That’s the sound I made when I heard a microbrewery/gastropub had opened in the Sunnyslope ‘hood in Phoenix, better known for burrito drive-thrus and dollar stores.
And then I double “whuuhed?” after peeping at North Mountain Microbrewery’s menu, which is not only unusual for the area, but eclectic for any pub. Alongside the Angus burgers and baked wings dwell fresh oysters, sashimi, pho and ginger chicken—a global jumble conceived by a chef identified as Justin Aquino on the brewery’s website.
Well, this bore checking out.
The first thing you notice about North Mountain brewery—if you ever find the back-entrance parking lot—is the owners have managed to create atmosphere in a space that technically has no atmosphere.
Concrete floors? Check. Industrial taps at the bar? Check. Glaring metal lights? You betcha. The pub is basically an empty room furnished with community tables of gleaming ebony. And yet somehow, there’s nowhere you’d rather be. The vibe is homey, folks are smiling and even strangers are exchanging convo (often about the quirky foodstuffs).
Why is this place so warm? The owners are local, and while hubby Rob Berkner focuses on brewing, wife Candy tackles the front of house, beaming with the genuineness of a true people person. She’ll remember your name and describe the dishes or beers on tap with unflagging enthusiasm—even if it’s 10 p.m. on a Saturday night and she’s recited the spiel more often than a presidential stump speech come October.
It’s obvious the Berkners place a lot of trust in their chef, who I didn’t know and still haven’t met, but after pumping Candy and the busy bar staff for info, I have it on shaky authority that he is of Filipino heritage, has cooked at some of the Valley’s swankiest steakhouses, and aimed to create an eclectic menu that reflected beer-food traditions from around the world. (I also heard a rumor he was a near-contestant on Bravo’s “Top Chef.”)
My trusted dining companions and I dived into Aquino’s selection oysters first. I could have eaten a dozen of these, but at $2 each for briny Blue Points and $3 a pop for sweet Kumamotos, I had to watch my bivalve budget—a sacrifice made tougher by three clever sides: classic mignonette, mango/jalapeno relish, and the house’s garlicky cocktail compote. At happy hour, North Mountain knocks a buck off each oyster, and I’ll be bellying up then, for sho. I wish they’d do $1 Blue Points all day, every day, though, and make it a thang.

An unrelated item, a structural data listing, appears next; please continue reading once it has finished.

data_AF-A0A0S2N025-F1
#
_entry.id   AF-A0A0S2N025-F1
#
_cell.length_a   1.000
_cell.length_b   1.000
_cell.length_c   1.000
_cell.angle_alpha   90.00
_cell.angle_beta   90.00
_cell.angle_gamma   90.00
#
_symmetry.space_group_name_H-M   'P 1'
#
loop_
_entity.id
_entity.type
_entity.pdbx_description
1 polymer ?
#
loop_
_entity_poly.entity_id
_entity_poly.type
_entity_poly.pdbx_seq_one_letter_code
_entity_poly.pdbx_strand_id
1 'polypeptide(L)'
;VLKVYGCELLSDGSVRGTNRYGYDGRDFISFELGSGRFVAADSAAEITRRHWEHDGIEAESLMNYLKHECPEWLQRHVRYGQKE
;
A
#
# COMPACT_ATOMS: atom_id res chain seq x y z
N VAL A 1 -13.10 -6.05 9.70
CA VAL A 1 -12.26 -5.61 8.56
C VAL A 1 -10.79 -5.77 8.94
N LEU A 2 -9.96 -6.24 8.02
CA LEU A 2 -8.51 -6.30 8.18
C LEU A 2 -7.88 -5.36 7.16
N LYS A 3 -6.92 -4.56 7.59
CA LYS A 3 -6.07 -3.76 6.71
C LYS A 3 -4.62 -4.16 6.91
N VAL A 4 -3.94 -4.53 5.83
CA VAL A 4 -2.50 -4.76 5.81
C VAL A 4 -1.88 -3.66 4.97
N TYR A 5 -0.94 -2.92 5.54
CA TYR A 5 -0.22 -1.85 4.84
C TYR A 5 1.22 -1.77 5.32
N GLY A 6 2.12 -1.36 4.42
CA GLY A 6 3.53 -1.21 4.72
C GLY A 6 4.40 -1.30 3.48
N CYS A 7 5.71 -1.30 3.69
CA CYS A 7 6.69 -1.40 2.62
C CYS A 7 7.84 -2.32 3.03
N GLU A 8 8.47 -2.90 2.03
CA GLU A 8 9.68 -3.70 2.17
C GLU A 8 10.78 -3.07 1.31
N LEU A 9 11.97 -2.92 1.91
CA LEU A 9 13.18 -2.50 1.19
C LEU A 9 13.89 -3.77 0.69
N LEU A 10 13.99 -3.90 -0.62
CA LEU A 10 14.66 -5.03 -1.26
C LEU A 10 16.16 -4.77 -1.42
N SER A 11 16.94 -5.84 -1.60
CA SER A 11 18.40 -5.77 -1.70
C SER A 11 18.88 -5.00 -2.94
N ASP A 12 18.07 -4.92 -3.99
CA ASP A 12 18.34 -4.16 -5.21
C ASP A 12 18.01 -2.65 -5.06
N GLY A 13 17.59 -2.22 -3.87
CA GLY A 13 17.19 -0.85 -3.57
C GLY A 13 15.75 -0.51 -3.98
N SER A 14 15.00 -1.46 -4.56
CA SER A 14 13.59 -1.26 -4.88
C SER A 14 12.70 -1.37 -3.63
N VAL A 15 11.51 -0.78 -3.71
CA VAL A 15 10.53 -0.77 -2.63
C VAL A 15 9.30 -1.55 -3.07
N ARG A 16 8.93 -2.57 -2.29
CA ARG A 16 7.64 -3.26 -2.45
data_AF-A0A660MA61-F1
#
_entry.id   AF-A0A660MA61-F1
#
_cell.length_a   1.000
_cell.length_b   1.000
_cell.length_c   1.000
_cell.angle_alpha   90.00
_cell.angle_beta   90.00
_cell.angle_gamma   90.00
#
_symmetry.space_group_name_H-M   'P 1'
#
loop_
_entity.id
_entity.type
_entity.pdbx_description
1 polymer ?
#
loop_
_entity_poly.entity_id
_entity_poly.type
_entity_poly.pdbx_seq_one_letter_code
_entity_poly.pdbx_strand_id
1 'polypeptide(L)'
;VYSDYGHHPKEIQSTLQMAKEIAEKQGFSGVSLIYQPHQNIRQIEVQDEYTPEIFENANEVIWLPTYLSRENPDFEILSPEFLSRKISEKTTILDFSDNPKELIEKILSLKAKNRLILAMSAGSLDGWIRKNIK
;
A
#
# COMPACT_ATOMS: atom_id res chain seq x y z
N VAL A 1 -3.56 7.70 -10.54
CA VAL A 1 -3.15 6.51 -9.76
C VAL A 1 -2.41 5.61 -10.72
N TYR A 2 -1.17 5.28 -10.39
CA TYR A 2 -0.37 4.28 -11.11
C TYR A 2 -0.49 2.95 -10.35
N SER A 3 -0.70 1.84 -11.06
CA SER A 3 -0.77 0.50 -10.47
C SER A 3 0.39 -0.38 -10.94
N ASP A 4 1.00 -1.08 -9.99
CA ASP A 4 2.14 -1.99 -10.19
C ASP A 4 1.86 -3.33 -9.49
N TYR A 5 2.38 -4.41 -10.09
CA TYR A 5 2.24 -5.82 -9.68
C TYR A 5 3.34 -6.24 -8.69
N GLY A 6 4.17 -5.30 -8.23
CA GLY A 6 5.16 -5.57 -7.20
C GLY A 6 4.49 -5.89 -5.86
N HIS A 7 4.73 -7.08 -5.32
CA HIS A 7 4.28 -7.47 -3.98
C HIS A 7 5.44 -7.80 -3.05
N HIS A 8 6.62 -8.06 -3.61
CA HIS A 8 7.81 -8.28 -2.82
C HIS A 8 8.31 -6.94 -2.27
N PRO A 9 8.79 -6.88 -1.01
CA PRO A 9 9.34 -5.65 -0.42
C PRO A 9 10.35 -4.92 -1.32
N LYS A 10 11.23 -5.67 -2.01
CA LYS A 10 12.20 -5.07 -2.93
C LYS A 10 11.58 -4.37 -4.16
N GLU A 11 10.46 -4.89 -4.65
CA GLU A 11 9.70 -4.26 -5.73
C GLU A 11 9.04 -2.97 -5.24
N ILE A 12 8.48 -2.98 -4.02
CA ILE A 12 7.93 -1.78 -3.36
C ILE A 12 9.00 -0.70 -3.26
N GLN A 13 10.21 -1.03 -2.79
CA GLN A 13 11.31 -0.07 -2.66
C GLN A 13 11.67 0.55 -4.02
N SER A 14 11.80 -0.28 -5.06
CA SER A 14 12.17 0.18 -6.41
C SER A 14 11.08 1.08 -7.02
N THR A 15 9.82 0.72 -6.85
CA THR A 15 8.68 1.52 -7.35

Mussels ($9) is one of those dishes I always order, hoping for the best, dreading the chewy worst. This version, tender as first kisses, delivers the goods in a basil-tinged white wine butter sauce. It’s a flavor explosion compared to the Ahi Poke ($9), an almost too-mild hill of tuna topped with mango and lulled by a smear of avocado cream over cukes. Next time, I’ll venture the Salmon Sashimi ($8), backed with grapefruit and avo.
As most local diners know, Valley chefs simultaneously discovered Brussels sprouts and kale in recent years. North Mountain features both ingredients on the seasonal starters menu. The wait staff pushed hard for the Justin Salad, so I went the sprouts route, curious to see how it paired with the Fresno peppers, cilantro and cotija. However, when I commit to eating the bitter shrunken heads of the cabbage world, I want to feel like a svelte goddess, so I was disappointed the veggies are flash-fried before slicing. The treatment gives them an interesting texture—quite chewy—and the leaves glow goblin green, but a dimension is missing. A dusting of toasted hazelnuts, for instance, might work wonders.
Just Pho Variety
We raised a skeptical eyebrow at the BBQ Chicken Flatbread ($12), suspecting the blend of cilantro pesto, mozzarella, and sweet barbecue sauce would defile the mouth and haunt the senses. But it works brilliantly! My brah-in-law picked up his phone then and there to share the news of this new must-try pie with a friend.
Just as weird but not as weirdly successful is the pho ($12), Aquino’s spin on the heady, spice-laden Vietnamese dish. Bloated rice noodles teem in a broth so thick, it’s almost like cardamom gravy. Shitake, watermelon radish and cilantro make appearances, but the best reason to brave this pho is the thrilling hunk of pork belly instead of traditional beef.
Candy assured us the kitchen’s Poutine had the endorsement of several French Canadians, so we pointed our taste buds north for something completely different (again). In this interpretation of fries and gravy, house-cut spears of taters are crowned with cheese curds and braised short rib, doused in beef stock, then blistered under the broiler. For $12, I wish they’d doubled up on the heavenly curds and rib, but the plate’s a winner regardless and sure complements a pint of pale ale.
Speaking of the brews, North Mountain tries to keep four house-made beers on hand in addition to a couple of guest taps, though sometimes the onsite stuff sells out. In May, look for a pomegranate and pear hefeweizen. Try it with the impossibly fluffy Pretzel Bread ($5)— practically puffing steam—sided by house mustard and honey butter, or the Shreiner’s sausage plate. And remember, North Mountain just opened in March, so service might be a bit bumpy or slow, but everything will arrive with love. You can reward your patience with a nice fresh beer.
North Mountain Microbrewery & Gastropub
522 E. Dunlap, Phoenix,